“Ek! Don! Teen! Char!”

“Aunty, haath peeche karo na!” I told the woman standing behind me, although I knew it wasn’t her fault that her hand was pressed against my buttocks. We were among a crowd of thousands—packed tight like honeycombs of a beehive—who had gathered on Lakshmi road to watch the Ganpati procession before visarjan.

“Ganpati chya jai jai kaar!”

I was standing on my toes, trying to see what the infinite wave of bobbing heads was hiding from me. I could hear it in the distance though, that sound, like a storm heading towards me.


“Ganpati bappa moriya, pudhchya varshi lavkar yaa!” The place resounded with their chants.

“I can’t see a thing!” I yelled at my friend Kunal, separated from me by half a dozen people on my right. But every single time drumsticks collided with synthetic skins, stretched taut over the open ends of wooden barrels—the dhols—I felt it, as goosebumps drew upon my flesh, as if my skin was cackling with glee.

“Ek! Don! Teen! Char!”


The dhols were getting louder. The heat was rising. The storm was forming its head.

The crowds pushed. The volunteers in front, with their hands locked and forming a human chain to let the procession pass through, dangerously flirted with the rangoli that was laid out on the roads.


And then I saw a glimpse, of saffron silk flags dancing in the skies as their bearers danced to the beats of the dhol-tasha, their energy rippling through the crowd. A hundred cameras flashed above the sea of heads. A push here, a shove there.


I caught a glimpse of a red bandhini pheta before it melted into the crowds. I saw a dimpled smile in the shadow of a pearl-encrusted nath. I watched in awe, at those faces smeared with sweat and pride. Those finger tips wrapped in strips of white.

The ground trembled, almost. The pathak had come. The storm had arrived.


The dhols sounded their battle cries, their baritone broken by high-pitched clang of taals. The lezims jingled, as cymbals danced their merry dance.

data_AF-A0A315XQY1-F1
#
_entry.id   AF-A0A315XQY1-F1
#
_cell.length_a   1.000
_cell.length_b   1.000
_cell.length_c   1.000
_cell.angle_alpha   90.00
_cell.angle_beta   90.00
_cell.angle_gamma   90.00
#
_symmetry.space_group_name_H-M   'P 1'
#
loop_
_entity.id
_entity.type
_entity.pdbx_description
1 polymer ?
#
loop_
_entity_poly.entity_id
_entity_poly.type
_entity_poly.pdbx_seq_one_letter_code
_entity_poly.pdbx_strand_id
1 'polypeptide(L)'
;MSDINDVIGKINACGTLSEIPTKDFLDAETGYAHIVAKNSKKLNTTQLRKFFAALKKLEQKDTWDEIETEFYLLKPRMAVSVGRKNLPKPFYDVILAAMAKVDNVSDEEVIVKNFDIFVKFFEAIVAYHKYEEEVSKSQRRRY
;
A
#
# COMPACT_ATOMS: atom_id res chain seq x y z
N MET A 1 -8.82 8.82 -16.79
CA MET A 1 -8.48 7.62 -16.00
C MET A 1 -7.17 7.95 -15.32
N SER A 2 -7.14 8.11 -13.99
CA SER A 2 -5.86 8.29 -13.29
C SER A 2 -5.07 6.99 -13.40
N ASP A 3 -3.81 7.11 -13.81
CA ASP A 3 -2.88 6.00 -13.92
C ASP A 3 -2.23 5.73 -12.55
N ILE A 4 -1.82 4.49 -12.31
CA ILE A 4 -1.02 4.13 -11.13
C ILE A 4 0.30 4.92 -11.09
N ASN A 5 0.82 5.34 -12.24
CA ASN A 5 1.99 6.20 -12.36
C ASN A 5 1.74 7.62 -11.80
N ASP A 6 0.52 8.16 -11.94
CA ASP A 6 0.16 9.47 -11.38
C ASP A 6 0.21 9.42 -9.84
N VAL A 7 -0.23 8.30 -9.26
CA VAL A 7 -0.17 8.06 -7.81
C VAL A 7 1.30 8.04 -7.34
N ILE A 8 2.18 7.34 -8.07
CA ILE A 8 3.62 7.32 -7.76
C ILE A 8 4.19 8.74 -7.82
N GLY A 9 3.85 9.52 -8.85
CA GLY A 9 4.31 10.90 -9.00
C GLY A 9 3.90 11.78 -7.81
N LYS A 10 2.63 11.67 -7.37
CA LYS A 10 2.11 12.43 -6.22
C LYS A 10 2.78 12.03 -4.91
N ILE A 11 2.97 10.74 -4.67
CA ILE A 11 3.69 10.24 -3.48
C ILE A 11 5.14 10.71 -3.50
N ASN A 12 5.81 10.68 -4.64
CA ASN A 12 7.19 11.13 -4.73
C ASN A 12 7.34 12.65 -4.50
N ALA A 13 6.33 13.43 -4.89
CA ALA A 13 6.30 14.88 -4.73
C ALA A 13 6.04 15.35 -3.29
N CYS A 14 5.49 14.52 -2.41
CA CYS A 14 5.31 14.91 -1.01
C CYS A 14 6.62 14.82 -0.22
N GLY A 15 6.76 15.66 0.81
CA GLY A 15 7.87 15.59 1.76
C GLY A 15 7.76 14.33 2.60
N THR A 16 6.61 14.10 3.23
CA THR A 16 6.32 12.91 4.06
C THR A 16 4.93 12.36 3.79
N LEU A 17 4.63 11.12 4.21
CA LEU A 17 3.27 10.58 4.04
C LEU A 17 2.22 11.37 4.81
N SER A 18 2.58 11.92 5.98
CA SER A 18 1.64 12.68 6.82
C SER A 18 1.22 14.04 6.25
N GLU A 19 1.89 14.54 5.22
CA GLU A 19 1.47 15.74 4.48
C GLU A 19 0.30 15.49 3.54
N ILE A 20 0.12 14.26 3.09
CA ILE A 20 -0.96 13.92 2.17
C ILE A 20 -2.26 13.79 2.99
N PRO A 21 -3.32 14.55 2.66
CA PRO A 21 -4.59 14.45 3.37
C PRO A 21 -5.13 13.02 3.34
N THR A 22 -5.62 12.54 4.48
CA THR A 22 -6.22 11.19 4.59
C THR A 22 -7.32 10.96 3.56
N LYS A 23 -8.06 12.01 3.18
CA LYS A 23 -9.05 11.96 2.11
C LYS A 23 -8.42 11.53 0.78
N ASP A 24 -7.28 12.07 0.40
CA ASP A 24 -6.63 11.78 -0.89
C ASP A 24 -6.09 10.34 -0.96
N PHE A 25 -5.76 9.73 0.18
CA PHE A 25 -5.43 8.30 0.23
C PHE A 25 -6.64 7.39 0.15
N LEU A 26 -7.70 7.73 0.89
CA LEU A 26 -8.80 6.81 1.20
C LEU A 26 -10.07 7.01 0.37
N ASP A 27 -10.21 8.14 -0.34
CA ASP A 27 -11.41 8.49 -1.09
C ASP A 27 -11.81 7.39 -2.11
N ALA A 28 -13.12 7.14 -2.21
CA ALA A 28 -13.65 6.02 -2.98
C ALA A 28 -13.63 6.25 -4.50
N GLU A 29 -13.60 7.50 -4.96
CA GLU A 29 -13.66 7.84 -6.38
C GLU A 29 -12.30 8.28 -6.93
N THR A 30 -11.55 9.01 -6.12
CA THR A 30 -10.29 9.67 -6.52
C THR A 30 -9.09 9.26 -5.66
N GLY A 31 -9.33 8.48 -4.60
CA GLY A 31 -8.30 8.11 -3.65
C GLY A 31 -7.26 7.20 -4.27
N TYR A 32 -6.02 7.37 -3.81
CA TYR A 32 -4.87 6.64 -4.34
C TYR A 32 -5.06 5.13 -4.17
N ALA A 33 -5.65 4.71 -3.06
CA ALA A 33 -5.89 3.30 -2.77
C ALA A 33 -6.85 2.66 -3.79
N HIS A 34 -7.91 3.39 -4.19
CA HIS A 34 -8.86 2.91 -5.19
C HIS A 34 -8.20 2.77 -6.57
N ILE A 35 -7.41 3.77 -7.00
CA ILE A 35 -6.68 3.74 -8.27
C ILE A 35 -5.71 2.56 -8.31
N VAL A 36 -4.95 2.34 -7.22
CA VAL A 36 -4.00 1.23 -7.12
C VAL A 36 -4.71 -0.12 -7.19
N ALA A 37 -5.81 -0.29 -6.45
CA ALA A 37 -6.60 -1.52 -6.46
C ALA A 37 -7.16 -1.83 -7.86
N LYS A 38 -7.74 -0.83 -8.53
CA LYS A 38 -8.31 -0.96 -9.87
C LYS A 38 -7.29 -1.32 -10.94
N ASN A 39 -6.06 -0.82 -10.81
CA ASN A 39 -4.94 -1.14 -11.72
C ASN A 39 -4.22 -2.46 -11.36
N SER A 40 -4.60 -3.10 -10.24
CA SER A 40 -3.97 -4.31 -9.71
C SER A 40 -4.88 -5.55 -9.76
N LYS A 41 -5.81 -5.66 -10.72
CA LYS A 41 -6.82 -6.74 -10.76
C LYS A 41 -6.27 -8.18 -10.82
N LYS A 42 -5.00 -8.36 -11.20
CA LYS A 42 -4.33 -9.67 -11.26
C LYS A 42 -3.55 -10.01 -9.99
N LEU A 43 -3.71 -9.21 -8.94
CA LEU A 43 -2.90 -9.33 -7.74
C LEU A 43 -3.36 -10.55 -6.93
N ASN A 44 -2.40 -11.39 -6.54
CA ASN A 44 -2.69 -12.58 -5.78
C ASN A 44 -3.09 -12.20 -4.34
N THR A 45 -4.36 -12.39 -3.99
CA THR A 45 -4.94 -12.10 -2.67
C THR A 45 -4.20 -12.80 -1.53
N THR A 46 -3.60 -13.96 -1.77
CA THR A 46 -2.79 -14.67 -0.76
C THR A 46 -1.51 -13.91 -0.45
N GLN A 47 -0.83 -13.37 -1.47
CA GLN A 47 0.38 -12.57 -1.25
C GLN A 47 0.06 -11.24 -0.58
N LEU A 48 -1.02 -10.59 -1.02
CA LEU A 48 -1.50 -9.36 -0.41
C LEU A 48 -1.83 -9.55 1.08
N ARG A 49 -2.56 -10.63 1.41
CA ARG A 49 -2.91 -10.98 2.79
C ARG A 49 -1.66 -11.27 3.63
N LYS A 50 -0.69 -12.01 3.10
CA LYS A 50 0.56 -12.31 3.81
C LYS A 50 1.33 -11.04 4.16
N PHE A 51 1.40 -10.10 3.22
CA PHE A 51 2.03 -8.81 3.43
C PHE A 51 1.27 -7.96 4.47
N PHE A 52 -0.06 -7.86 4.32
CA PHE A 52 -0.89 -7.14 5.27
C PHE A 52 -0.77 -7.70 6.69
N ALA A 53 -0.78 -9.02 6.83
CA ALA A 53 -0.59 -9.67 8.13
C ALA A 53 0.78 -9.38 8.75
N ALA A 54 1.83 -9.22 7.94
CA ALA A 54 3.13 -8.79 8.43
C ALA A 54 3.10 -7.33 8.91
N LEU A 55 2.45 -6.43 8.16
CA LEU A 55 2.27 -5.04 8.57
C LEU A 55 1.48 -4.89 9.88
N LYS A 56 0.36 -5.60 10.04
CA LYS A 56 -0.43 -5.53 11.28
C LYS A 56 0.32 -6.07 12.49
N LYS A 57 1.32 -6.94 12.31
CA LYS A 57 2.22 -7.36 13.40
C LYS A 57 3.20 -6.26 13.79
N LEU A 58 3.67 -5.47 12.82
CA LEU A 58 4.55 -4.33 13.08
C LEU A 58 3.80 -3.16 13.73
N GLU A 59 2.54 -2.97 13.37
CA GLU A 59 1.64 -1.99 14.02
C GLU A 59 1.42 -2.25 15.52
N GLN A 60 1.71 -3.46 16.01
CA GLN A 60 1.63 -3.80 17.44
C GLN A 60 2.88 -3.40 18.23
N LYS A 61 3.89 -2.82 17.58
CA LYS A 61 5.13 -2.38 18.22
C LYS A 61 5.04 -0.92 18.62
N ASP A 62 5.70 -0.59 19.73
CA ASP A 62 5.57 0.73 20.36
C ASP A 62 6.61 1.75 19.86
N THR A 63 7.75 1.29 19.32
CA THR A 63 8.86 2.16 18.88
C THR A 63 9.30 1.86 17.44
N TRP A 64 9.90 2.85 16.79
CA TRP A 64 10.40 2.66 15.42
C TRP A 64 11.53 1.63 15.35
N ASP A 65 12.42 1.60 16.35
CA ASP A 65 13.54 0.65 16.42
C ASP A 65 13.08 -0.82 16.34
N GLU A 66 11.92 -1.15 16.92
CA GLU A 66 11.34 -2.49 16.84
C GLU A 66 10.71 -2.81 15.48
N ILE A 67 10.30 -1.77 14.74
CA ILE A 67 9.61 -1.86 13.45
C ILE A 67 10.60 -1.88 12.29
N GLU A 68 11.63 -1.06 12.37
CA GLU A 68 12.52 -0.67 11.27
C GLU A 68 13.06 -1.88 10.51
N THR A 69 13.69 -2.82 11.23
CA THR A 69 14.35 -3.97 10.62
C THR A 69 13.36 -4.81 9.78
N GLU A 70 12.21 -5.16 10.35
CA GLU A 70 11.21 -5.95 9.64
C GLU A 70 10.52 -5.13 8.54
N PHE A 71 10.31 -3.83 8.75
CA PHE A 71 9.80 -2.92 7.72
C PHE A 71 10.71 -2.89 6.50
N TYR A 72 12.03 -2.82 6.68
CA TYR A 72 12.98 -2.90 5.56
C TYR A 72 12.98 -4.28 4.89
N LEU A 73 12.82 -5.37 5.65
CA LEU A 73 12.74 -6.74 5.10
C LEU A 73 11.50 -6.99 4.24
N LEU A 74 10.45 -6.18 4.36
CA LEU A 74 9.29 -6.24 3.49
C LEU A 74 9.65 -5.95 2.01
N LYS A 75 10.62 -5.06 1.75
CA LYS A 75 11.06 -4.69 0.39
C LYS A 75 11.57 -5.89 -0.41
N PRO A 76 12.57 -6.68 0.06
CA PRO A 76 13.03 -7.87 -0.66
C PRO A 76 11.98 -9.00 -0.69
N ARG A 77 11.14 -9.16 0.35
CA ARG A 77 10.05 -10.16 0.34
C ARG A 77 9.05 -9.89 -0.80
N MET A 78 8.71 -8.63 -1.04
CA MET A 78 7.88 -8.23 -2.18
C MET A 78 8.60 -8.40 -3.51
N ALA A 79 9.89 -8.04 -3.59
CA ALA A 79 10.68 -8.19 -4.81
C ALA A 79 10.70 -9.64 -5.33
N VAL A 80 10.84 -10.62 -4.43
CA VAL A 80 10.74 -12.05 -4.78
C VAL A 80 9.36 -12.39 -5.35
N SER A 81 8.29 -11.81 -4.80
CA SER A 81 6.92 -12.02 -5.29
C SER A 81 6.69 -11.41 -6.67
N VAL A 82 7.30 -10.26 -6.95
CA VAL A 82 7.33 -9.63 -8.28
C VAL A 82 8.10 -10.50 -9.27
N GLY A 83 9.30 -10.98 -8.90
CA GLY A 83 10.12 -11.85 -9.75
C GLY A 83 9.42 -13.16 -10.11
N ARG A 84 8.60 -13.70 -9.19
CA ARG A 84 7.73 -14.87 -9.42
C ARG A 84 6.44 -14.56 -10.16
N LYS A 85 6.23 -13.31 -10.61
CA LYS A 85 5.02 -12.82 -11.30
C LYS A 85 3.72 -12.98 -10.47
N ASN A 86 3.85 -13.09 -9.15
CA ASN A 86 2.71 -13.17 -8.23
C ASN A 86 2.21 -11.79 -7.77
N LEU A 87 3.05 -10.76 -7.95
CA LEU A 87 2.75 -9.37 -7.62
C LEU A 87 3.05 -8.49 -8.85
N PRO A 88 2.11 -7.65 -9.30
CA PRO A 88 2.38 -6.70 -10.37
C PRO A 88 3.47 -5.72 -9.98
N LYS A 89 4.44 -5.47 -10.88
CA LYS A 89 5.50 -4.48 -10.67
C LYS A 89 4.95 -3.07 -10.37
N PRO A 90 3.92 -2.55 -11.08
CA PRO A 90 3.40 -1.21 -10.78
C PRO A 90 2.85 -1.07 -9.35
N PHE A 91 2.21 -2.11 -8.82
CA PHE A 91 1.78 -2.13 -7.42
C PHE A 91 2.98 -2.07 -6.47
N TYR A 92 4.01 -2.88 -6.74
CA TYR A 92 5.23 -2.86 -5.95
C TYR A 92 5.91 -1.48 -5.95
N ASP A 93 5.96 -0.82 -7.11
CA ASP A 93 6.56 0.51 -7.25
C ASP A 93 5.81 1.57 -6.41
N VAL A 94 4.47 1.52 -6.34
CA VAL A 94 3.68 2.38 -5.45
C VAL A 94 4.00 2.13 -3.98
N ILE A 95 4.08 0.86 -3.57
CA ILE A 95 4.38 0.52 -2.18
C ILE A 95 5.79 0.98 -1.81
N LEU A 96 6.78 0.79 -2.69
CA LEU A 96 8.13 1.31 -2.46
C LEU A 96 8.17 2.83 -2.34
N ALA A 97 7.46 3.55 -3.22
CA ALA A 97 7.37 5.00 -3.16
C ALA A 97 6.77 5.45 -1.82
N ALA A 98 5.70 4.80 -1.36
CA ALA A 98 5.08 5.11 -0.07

There was an element of madness in their way, in the way they performed, as if in a trance. A madness that trickled down to everyone watching, as the crowds swayed to the beats, moving in tantalizing harmony, their chanting feverish.


Have you ever felt a pulsating artery? That’s exactly how I felt as I watched the storm unfold. When I saw the first glimpse of the idol in the distance. When heads bowed and hands joined in reverence. When old, dilapidated buildings, crowded as they were, chanted with us - those who filled the streets below. When men and women, boys and girls performed with dhols and tashas, their adrenaline beating the unrelenting sun. When I felt the music become one with my pulse. When I felt our collective pulse become the music.

As the music gained crescendo, so did the madness. The flags rose higher. The movements, frenetic. And such was the fervour of that moment, that even those in the crowd lost their breaths, as if they were the ones performing.

“Ganpati chya jai jai kaar!” I screamed this time with the rest of the crowd, not feeling any different from them, not anymore. And in that moment of madness, we united. The sweat. The dirt. The joy. The juggernaut.

A special thanks to my friend Kunal for letting me use some of his photos and also, for dragging me around like a rag-doll through busy roads and helping me watch this spectacle, which I have otherwise not had a chance to see for over a decade of staying in Pune.